A Guide to Startup Equity as Compensation

Have you just been offered a position at a startup? Congratulations! To help you get started, check out our breakdown of how equity as compensation works for startup employees.

Blog Author - Janelle Watson
Janelle Watson
Feb 6, 20245 minutes
Blog Author - Janelle Watson
Janelle Watson

Janelle Watson provides content marketing for the international team at Justworks. With a background in higher education and journalism, Janelle helps tell stories that make international expansion and EOR accessible.

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As you might know, startup equity is a company benefit that many small businesses offer as part of a compensation package. Equity in a company can be a confusing topic, with difficult to understand phrases like RSUs, vesting schedule, and cliff. If this is your first time working for a startup, or you’re confused about how equity and stocks as compensation work, don’t worry! You’re definitely not alone.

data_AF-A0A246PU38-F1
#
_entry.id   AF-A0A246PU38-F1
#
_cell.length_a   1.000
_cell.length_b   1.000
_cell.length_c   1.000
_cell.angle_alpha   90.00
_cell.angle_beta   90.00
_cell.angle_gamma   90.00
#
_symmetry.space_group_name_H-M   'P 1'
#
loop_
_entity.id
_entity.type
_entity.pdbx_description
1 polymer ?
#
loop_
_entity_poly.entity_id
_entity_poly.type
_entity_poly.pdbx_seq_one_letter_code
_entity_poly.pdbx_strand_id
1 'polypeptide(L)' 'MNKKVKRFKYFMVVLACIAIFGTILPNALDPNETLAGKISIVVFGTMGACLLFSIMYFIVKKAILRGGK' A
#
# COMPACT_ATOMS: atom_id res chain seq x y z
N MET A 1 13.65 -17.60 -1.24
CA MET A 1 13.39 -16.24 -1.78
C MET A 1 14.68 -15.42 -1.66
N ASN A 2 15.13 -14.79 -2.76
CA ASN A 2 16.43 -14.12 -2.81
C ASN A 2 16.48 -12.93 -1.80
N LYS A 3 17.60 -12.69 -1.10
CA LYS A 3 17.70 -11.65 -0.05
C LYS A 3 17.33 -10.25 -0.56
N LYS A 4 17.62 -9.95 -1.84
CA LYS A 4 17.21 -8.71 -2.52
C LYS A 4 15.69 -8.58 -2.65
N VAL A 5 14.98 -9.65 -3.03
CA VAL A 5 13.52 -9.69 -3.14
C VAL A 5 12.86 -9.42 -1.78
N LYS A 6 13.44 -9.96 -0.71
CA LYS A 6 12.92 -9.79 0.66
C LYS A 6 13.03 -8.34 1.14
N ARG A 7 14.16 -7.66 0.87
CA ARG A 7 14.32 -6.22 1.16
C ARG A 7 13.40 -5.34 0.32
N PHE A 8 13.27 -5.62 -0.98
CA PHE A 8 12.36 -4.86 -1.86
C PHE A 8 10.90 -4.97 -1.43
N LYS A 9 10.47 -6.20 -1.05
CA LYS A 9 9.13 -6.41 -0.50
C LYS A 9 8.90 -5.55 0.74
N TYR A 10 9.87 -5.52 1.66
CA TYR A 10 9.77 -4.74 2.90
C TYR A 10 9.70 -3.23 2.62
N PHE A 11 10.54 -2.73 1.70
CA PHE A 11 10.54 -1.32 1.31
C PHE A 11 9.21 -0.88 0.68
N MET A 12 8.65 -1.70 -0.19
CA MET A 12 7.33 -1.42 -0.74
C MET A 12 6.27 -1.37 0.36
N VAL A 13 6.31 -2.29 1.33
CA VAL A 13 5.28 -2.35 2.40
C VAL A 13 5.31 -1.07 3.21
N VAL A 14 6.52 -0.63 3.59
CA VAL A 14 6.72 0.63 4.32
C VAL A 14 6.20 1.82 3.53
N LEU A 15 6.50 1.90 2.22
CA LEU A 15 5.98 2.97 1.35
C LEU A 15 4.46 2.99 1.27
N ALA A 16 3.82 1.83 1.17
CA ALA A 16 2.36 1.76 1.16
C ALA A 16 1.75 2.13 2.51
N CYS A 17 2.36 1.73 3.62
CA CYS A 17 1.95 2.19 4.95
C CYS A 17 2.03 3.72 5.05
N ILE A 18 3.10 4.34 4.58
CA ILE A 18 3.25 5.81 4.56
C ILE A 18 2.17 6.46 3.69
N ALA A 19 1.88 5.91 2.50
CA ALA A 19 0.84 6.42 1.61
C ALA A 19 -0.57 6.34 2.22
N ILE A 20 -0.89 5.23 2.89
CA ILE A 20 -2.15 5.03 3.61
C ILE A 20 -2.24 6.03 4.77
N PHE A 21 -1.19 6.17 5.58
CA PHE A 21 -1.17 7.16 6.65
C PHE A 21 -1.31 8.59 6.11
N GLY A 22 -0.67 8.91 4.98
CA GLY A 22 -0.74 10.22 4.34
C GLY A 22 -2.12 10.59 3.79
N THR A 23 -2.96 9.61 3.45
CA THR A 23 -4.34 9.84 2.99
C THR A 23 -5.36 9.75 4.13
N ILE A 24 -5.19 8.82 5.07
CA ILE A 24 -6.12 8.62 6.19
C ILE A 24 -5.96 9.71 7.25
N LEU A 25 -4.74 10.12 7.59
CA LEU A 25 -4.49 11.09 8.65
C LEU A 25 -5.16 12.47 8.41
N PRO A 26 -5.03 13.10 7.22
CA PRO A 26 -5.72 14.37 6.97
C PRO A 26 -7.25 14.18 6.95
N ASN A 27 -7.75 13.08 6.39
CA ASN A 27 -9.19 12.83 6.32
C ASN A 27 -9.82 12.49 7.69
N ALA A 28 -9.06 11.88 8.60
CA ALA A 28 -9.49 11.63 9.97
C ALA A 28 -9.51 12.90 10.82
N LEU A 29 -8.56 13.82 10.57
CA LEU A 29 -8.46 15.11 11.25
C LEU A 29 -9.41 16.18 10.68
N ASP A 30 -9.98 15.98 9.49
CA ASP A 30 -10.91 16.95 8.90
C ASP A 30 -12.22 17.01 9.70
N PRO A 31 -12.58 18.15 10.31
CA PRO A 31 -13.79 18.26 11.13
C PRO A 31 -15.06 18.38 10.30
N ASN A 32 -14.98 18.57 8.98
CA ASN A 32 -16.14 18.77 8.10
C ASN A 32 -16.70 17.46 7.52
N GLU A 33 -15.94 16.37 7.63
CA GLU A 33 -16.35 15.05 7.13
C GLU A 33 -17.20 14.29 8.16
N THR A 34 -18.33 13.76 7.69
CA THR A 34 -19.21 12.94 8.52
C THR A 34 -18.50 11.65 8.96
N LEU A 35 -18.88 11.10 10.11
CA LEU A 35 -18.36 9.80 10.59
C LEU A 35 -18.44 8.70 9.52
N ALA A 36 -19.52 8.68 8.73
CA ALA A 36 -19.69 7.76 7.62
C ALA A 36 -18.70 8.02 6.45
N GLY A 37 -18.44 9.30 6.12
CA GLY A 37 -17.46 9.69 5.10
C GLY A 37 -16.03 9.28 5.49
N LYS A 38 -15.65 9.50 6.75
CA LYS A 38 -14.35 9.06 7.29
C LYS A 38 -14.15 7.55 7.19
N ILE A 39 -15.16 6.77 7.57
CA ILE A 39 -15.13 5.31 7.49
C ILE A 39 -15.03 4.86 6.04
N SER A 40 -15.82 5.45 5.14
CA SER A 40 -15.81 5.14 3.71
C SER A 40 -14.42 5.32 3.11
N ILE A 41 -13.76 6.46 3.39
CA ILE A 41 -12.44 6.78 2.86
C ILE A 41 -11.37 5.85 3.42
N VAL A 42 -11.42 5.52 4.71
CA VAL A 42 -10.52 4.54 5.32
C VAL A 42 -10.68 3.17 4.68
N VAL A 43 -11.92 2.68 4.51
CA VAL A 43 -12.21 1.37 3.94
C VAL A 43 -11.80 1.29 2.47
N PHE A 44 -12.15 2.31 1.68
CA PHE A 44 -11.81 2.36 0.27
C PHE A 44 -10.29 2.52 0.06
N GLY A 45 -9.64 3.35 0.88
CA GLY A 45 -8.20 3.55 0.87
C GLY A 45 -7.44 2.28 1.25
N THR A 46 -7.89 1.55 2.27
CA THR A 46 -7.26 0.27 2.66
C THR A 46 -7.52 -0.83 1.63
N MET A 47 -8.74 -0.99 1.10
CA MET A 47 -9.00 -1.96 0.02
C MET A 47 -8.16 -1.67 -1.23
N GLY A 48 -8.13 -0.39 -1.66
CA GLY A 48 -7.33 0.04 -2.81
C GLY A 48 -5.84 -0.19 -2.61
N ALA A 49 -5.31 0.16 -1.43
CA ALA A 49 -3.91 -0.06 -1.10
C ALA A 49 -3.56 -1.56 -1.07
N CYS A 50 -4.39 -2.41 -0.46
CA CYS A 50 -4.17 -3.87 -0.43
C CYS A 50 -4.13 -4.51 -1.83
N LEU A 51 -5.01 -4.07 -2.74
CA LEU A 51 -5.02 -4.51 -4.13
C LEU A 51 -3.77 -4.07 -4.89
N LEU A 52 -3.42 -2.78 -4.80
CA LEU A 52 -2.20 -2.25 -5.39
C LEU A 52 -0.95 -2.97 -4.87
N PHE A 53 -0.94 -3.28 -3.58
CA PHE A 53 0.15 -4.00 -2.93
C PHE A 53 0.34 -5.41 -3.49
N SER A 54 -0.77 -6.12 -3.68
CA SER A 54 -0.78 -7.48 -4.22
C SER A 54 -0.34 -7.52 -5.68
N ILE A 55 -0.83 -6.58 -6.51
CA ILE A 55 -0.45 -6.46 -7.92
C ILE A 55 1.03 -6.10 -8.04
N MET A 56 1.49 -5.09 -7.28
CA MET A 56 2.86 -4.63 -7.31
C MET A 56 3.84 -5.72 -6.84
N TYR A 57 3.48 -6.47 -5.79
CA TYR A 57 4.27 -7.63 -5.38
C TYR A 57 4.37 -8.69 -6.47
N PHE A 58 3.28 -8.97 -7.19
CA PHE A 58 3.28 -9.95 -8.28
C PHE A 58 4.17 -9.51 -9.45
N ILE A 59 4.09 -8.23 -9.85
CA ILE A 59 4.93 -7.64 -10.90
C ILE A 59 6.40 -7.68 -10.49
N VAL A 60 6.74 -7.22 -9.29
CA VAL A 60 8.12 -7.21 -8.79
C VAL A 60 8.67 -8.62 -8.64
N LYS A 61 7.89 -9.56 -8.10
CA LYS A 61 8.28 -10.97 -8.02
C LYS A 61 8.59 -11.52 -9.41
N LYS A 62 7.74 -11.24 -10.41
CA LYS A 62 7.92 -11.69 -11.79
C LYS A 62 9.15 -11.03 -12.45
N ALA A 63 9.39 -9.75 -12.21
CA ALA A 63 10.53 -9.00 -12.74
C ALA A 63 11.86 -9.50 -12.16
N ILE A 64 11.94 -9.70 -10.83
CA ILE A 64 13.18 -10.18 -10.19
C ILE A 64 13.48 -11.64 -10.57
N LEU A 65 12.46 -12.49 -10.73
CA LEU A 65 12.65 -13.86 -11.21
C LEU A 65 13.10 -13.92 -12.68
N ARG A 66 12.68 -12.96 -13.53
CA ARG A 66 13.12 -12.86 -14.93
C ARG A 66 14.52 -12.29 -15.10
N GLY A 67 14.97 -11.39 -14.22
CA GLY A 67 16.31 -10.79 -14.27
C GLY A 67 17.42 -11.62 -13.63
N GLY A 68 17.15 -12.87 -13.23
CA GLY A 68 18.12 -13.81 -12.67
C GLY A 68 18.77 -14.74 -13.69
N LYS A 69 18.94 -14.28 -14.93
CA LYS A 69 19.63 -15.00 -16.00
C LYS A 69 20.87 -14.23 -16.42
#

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What is equity?

Equity is ownership in a company, and normally comes in the form of a stock option. 

If a company is already public (selling stocks on the NASDAQ or New York Stock Exchange), the value of their stock will fluctuate each business day. The stock already has value on the market.

However, for early-stage startups and private businesses, equity will not have market value unless the company has an “exit,” which usually means going public or getting acquired by a public company. This is true for startup investors as well. 

In some cases, employees receive stock options as a part of their compensation packages. In others, employees need to purchase the shares at their strike price, or the value the share was assigned when they started working for the company. 

Different types of equity as compensation 

Stock options

Startups typically offer equity as part of employee compensation packages. This equity, often managed on a platform like Carta, doesn't have the ability to turn into immediate cash, but can grow exponentially in value if the company becomes successful.